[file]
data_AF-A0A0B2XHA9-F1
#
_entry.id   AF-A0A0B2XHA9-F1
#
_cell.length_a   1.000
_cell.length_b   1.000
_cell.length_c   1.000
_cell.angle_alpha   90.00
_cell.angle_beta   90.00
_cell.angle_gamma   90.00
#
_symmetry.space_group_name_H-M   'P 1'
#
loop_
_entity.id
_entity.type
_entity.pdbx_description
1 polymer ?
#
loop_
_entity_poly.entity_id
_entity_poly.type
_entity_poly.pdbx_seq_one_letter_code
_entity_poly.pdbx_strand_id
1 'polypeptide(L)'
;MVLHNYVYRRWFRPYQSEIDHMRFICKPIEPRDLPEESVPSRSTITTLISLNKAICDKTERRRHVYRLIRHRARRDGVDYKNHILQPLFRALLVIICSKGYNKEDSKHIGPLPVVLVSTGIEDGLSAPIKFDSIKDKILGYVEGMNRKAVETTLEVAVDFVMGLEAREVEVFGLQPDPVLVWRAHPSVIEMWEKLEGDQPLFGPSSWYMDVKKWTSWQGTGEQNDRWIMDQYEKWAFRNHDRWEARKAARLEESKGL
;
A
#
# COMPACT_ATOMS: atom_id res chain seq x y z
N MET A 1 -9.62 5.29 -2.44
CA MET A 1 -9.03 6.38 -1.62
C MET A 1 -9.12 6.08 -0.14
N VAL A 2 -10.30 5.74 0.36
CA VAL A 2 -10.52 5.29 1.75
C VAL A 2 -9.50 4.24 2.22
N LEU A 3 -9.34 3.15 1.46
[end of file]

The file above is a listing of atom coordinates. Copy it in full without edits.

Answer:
data_AF-A0A0B2XHA9-F1
#
_entry.id   AF-A0A0B2XHA9-F1
#
_cell.length_a   1.000
_cell.length_b   1.000
_cell.length_c   1.000
_cell.angle_alpha   90.00
_cell.angle_beta   90.00
_cell.angle_gamma   90.00
#
_symmetry.space_group_name_H-M   'P 1'
#
loop_
_entity.id
_entity.type
_entity.pdbx_description
1 polymer ?
#
loop_
_entity_poly.entity_id
_entity_poly.type
_entity_poly.pdbx_seq_one_letter_code
_entity_poly.pdbx_strand_id
1 'polypeptide(L)'
;MVLHNYVYRRWFRPYQSEIDHMRFICKPIEPRDLPEESVPSRSTITTLISLNKAICDKTERRRHVYRLIRHRARRDGVDYKNHILQPLFRALLVIICSKGYNKEDSKHIGPLPVVLVSTGIEDGLSAPIKFDSIKDKILGYVEGMNRKAVETTLEVAVDFVMGLEAREVEVFGLQPDPVLVWRAHPSVIEMWEKLEGDQPLFGPSSWYMDVKKWTSWQGTGEQNDRWIMDQYEKWAFRNHDRWEARKAARLEESKGL
;
A
#
# COMPACT_ATOMS: atom_id res chain seq x y z
N MET A 1 -9.62 5.29 -2.44
CA MET A 1 -9.03 6.38 -1.62
C MET A 1 -9.12 6.08 -0.14
N VAL A 2 -10.30 5.74 0.36
CA VAL A 2 -10.52 5.29 1.75
C VAL A 2 -9.50 4.24 2.22
N LEU A 3 -9.34 3.15 1.46